Inquest begins as McCain acknowledges scale of defeat

'I wish God speed to the man who was my opponent and will be my president'
Click to follow

John McCain's long battle for the White House ended on the back lawn of a luxury hotel in downtown Phoenix, as he conceded defeat to Barack Obama and urged America to pull behind its new president.

The Republican campaign put on a brave face as the 72-year-old congratulated his Democratic rival on having "achieved a great thing for this country" and pledged "not to spend a moment regretting the actions" that led him to a landslide defeat in yesterday's election.

For the 7,000 supporters who had crammed into the Biltmore Hotel for McCain's "Road to Victory" party, and who still hoped for an against-the-odds victory, the speech made for sober viewing. Widespread boos greeted McCain's more gracious comments about his victorious rival.

Click here to watch John McCain's speech in full

"Senator Obama and I have had and argued our differences," he said. "No doubt those differences remain. But these are difficult times for our country. And I pledge to him tonight that I will help him lead us through the many challenges that we may face."

"I urge all Americans to join me in not just congratulating him, but in offering our next president our goodwill and encouragement in finding ways to come together, to find the necessary compromises to settle our differences, to help restore our prosperity, defend our security in a dangerous world and leave our children and grandchildren in a stronger better country than we inherited."

As the debate among Republicans turned to the thorny subject of how they had suffered their worst defeat in almost fifty years, McCain urged unity and accepted full responsibility for the outcome of the election.

"It is natural tonight to feel some disappointment. But tomorrow we must move beyond it and work together to get our country moving again. We fought as hard as we could. And thought we fell short, the failure is mine. Not yours... I wish I could have done better, my friends."

Many guests at the event blamed McCain's running mate, Sarah Palin, for the scale of his defeat. When the Arizona senator delivered a somewhat measured "thank you" to the Alaskan governor, isolated boos seemed audible in the crowd.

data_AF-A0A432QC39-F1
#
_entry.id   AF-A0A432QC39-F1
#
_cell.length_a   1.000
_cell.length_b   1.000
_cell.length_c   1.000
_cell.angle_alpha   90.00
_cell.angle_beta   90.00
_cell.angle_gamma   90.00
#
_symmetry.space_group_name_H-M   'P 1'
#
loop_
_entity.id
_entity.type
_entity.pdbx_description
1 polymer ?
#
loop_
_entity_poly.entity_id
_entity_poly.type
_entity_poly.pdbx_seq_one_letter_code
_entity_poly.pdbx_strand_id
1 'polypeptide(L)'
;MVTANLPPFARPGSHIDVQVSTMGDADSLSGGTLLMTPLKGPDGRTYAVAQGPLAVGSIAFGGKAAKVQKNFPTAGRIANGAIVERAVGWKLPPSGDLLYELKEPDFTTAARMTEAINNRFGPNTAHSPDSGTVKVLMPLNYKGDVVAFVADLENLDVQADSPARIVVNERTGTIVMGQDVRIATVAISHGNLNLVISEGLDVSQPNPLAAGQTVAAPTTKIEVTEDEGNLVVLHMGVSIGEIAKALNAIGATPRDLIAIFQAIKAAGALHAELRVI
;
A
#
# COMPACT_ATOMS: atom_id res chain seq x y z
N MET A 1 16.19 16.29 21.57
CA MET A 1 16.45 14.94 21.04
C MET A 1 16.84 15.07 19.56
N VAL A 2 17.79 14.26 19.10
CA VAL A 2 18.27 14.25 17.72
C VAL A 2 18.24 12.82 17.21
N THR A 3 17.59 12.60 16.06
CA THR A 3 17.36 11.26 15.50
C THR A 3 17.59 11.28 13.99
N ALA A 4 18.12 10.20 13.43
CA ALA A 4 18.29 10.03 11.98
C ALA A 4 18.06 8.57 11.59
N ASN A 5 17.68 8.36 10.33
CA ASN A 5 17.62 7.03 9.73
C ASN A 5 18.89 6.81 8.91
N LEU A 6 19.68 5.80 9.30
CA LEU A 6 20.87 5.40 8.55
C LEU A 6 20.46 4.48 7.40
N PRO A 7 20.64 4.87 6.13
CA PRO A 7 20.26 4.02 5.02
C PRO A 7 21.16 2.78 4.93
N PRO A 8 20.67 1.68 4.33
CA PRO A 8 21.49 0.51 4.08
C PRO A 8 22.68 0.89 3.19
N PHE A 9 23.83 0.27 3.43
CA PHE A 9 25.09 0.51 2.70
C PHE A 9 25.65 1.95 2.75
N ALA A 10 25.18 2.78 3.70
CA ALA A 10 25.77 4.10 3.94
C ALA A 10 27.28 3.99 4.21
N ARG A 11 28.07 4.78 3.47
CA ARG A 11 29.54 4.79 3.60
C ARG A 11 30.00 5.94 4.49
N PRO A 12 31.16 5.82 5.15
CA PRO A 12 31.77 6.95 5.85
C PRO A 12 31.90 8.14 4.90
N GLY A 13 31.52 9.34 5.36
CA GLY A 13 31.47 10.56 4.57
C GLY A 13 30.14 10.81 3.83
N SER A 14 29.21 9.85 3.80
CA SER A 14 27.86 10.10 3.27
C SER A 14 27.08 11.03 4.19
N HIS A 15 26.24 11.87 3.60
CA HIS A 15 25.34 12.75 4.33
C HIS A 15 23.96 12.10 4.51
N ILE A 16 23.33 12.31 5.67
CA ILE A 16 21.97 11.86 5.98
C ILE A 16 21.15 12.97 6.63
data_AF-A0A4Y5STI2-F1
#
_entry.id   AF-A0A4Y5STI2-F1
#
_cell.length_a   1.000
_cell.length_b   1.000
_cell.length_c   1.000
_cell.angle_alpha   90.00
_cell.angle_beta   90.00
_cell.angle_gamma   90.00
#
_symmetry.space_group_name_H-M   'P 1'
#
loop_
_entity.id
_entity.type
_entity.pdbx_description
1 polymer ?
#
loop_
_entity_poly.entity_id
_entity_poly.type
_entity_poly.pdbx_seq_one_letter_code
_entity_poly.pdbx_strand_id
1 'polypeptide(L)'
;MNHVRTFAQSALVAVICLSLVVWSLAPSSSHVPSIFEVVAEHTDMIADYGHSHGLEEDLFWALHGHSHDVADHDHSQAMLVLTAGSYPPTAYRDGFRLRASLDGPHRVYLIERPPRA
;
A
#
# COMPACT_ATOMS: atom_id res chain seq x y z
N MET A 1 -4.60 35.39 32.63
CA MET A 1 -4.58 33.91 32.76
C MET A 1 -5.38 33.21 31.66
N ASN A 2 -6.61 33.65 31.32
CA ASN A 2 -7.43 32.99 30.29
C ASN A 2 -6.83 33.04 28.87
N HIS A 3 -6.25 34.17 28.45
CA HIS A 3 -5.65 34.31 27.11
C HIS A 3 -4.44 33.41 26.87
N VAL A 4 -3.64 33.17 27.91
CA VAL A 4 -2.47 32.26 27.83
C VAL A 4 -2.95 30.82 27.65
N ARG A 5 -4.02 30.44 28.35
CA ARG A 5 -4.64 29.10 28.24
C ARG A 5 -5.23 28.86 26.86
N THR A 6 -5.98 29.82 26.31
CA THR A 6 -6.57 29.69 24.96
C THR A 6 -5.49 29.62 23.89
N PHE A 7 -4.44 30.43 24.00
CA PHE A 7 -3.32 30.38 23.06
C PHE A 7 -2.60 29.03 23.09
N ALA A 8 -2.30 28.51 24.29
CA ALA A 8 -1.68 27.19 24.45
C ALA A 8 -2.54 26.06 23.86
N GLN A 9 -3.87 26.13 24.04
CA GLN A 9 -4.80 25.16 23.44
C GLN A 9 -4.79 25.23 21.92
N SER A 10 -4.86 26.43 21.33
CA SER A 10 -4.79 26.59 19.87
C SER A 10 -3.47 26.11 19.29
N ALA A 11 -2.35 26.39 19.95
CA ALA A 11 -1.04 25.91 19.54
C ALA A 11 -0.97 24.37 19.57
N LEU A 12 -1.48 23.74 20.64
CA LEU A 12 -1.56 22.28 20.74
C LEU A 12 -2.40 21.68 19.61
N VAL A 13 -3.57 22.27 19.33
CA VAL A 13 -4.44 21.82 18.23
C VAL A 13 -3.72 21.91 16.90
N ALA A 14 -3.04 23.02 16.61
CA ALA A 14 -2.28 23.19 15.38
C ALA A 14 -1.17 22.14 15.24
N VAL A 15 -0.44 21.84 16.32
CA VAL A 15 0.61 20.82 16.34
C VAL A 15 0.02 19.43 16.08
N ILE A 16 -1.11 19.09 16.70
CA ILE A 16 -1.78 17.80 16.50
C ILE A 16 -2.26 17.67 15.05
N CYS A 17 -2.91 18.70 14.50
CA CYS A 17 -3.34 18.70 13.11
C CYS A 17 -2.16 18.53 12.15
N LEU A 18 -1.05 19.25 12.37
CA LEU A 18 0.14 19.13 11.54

"I am also of course very thankful to Governor Sarah Palin," said McCain. "She is one of the best campaigners I have ever seen and an impressive new voice in our party for reform and the principles that have always been our greatest strength. We can all look forward with great interest to her future service to Alaska, the Republican party, and our country."

Footage of McCain's comments, delivered on a hastily-constructed stage containing a large stars and stripes banner together with two Arizona state flags, was transmitted to guests in the hotel's massive ballroom via video link.

Though many conservatives described McCain's campaign as too moderate, few could have faulted his commitment in the final stages of the election.

He had broken with tradition to spend most of election day on the stump, voting at Phoenix's Albright United Methodist Church in the morning, before embarking on a physically-draining tour of the key states of Colorado and New Mexico.

Despite growing progressively hoarser as the day wore on, he had attempted to revel in the role of underdog, branding himself "Super Mac" and arriving onstage to the theme music from Rocky and Top Gun.

If nothing else, the events helped him rediscover at least some of the buzz that had been missing from much of the remainder of his campaign.

"Fight for our country! Fight for what you believe in!" he had exhorted supporters in his final major stump speech in Grand Junction, Colorado.

"Fight for America. Fight for the ideals and culture of free people! Fight for our future! Fight for justice for all! Stand up, stand up and fight!"

After leaving Colorado, the Arizona senator had visited a Republican phone bank in New Mexico, where he spoke to volunteers and encouraged them to make one last effort to get out the vote.

In what seemed like a metaphor for his subsequent poll performance, his campaign jet was forced to abort its first landing attempt after a military aircraft was spotted blocking the runway of Albuquerque airport.

The Biltmore provided an appropriate venue for the most important night of McCain's political career. It was where he married his wife, Cindy, almost 30 years ago, and alse where he gathered supporters on the night of "Super Tuesday," when he had effectively clinched the Republican nomination.

Last night, as Republicans considered the future of a party that now seems hopelessly divided, the Frank-Lloyd Wright building seemed a strangely comfortable venue for a party that had in the space of a few small hours turned into a wake.

As guests drank Budweiser beer – the source of Cindy McCain's family fortune – many enviously eyed the celebrations taking place among their rivals in Chicago. McCain wrapped up his speech by urged them to be positive about the future.

"Tonight, more than any night, I hold in my heart nothing but love for this country, and for all of its citizens." he said. "It has supported me and Sen. Obama and I wish God speed to the man who was my opponent and will be my president."